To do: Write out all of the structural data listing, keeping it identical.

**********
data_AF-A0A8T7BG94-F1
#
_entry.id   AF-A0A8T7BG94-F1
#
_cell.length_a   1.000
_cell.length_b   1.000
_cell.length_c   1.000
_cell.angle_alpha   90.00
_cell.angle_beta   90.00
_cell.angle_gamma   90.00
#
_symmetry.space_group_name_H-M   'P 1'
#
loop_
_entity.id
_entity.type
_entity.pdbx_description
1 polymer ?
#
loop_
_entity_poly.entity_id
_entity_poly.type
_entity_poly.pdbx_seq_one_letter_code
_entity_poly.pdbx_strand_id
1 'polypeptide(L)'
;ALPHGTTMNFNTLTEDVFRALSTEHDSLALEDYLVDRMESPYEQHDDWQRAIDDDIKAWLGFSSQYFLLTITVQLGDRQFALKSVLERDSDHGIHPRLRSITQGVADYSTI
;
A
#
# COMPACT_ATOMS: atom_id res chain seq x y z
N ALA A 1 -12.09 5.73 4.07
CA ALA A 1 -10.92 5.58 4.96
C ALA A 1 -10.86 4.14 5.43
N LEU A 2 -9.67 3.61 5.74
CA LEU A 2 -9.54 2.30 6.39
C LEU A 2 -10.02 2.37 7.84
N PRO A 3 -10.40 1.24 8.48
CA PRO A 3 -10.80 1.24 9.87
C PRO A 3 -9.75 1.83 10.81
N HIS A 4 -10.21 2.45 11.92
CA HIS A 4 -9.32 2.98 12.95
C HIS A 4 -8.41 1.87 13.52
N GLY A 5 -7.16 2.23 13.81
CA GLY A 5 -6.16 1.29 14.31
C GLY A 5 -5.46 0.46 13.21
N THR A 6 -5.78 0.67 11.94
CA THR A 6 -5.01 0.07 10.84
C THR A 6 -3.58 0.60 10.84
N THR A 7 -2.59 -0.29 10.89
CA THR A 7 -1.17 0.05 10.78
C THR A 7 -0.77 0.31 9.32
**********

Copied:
data_AF-A0A8T7BG94-F1
#
_entry.id   AF-A0A8T7BG94-F1
#
_cell.length_a   1.000
_cell.length_b   1.000
_cell.length_c   1.000
_cell.angle_alpha   90.00
_cell.angle_beta   90.00
_cell.angle_gamma   90.00
#
_symmetry.space_group_name_H-M   'P 1'
#
loop_
_entity.id
_entity.type
_entity.pdbx_description
1 polymer ?
#
loop_
_entity_poly.entity_id
_entity_poly.type
_entity_poly.pdbx_seq_one_letter_code
_entity_poly.pdbx_strand_id
1 'polypeptide(L)'
;ALPHGTTMNFNTLTEDVFRALSTEHDSLALEDYLVDRMESPYEQHDDWQRAIDDDIKAWLGFSSQYFLLTITVQLGDRQFALKSVLERDSDHGIHPRLRSITQGVADYSTI
;
A
#
# COMPACT_ATOMS: atom_id res chain seq x y z
N ALA A 1 -12.09 5.73 4.07
CA ALA A 1 -10.92 5.58 4.96
C ALA A 1 -10.86 4.14 5.43
N LEU A 2 -9.67 3.61 5.74
CA LEU A 2 -9.54 2.30 6.39
C LEU A 2 -10.02 2.37 7.84
N PRO A 3 -10.40 1.24 8.48
CA PRO A 3 -10.80 1.24 9.87
C PRO A 3 -9.75 1.83 10.81
N HIS A 4 -10.21 2.45 11.92
CA HIS A 4 -9.32 2.98 12.95
C HIS A 4 -8.41 1.87 13.52
N GLY A 5 -7.16 2.23 13.81
CA GLY A 5 -6.16 1.29 14.31
C GLY A 5 -5.46 0.46 13.21
N THR A 6 -5.78 0.67 11.94
CA THR A 6 -5.01 0.07 10.84
C THR A 6 -3.58 0.60 10.84
N THR A 7 -2.59 -0.29 10.89
CA THR A 7 -1.17 0.05 10.78
C THR A 7 -0.77 0.31 9.32